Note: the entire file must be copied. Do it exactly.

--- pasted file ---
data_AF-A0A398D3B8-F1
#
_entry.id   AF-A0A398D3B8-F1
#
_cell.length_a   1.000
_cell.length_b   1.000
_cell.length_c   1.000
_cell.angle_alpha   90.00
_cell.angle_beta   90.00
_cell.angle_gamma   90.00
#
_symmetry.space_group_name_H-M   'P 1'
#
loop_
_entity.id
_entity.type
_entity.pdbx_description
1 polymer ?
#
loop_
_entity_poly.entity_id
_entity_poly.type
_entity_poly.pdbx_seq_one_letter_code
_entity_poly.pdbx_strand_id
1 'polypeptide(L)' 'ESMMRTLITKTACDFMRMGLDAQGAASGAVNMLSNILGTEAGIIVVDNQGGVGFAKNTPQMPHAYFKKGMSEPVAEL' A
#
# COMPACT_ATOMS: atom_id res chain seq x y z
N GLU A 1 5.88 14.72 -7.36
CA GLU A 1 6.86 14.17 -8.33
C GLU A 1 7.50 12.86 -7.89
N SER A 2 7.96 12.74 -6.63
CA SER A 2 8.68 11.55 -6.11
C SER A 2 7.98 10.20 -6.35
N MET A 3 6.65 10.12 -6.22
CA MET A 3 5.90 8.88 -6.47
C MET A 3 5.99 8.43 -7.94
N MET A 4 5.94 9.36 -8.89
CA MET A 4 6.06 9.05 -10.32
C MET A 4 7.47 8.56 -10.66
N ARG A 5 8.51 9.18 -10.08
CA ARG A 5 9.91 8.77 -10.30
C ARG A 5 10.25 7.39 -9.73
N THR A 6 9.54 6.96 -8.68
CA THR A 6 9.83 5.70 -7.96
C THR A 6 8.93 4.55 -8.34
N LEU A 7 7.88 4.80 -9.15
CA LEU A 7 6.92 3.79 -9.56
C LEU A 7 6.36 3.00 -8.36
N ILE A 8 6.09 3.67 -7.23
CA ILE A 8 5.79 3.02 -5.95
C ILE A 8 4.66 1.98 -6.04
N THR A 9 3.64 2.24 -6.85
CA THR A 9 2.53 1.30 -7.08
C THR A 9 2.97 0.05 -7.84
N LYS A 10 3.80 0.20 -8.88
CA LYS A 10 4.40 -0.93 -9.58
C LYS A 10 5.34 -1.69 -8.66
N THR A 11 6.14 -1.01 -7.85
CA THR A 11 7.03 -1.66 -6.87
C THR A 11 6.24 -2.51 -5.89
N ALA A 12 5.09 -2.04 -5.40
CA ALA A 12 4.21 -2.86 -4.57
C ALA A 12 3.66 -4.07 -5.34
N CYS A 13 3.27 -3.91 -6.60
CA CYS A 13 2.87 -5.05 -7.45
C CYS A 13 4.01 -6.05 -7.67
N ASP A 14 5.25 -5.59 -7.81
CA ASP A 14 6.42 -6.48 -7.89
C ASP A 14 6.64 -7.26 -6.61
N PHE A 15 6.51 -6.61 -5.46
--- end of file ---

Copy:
data_AF-A0A398D3B8-F1
#
_entry.id   AF-A0A398D3B8-F1
#
_cell.length_a   1.000
_cell.length_b   1.000
_cell.length_c   1.000
_cell.angle_alpha   90.00
_cell.angle_beta   90.00
_cell.angle_gamma   90.00
#
_symmetry.space_group_name_H-M   'P 1'
#
loop_
_entity.id
_entity.type
_entity.pdbx_description
1 polymer ?
#
loop_
_entity_poly.entity_id
_entity_poly.type
_entity_poly.pdbx_seq_one_letter_code
_entity_poly.pdbx_strand_id
1 'polypeptide(L)' 'ESMMRTLITKTACDFMRMGLDAQGAASGAVNMLSNILGTEAGIIVVDNQGGVGFAKNTPQMPHAYFKKGMSEPVAEL' A
#
# COMPACT_ATOMS: atom_id res chain seq x y z
N GLU A 1 5.88 14.72 -7.36
CA GLU A 1 6.86 14.17 -8.33
C GLU A 1 7.50 12.86 -7.89
N SER A 2 7.96 12.74 -6.63
CA SER A 2 8.68 11.55 -6.11
C SER A 2 7.98 10.20 -6.35
N MET A 3 6.65 10.12 -6.22
CA MET A 3 5.90 8.88 -6.47
C MET A 3 5.99 8.43 -7.94
N MET A 4 5.94 9.36 -8.89
CA MET A 4 6.06 9.05 -10.32
C MET A 4 7.47 8.56 -10.66
N ARG A 5 8.51 9.18 -10.08
CA ARG A 5 9.91 8.77 -10.30
C ARG A 5 10.25 7.39 -9.73
N THR A 6 9.54 6.96 -8.68
CA THR A 6 9.83 5.70 -7.96
C THR A 6 8.93 4.55 -8.34
N LEU A 7 7.88 4.80 -9.15
CA LEU A 7 6.92 3.79 -9.56
C LEU A 7 6.36 3.00 -8.36
N ILE A 8 6.09 3.67 -7.23
CA ILE A 8 5.79 3.02 -5.95
C ILE A 8 4.66 1.98 -6.04
N THR A 9 3.64 2.24 -6.85
CA THR A 9 2.53 1.30 -7.08
C THR A 9 2.97 0.05 -7.84
N LYS A 10 3.80 0.20 -8.88
CA LYS A 10 4.40 -0.93 -9.58
C LYS A 10 5.34 -1.69 -8.66
N THR A 11 6.14 -1.01 -7.85
CA THR A 11 7.03 -1.66 -6.87
C THR A 11 6.24 -2.51 -5.89
N ALA A 12 5.09 -2.04 -5.40
CA ALA A 12 4.21 -2.86 -4.57
C ALA A 12 3.66 -4.07 -5.34
N CYS A 13 3.27 -3.91 -6.60
CA CYS A 13 2.87 -5.05 -7.45
C CYS A 13 4.01 -6.05 -7.67
N ASP A 14 5.25 -5.59 -7.81
CA ASP A 14 6.42 -6.48 -7.89
C ASP A 14 6.64 -7.26 -6.61
N PHE A 15 6.51 -6.61 -5.46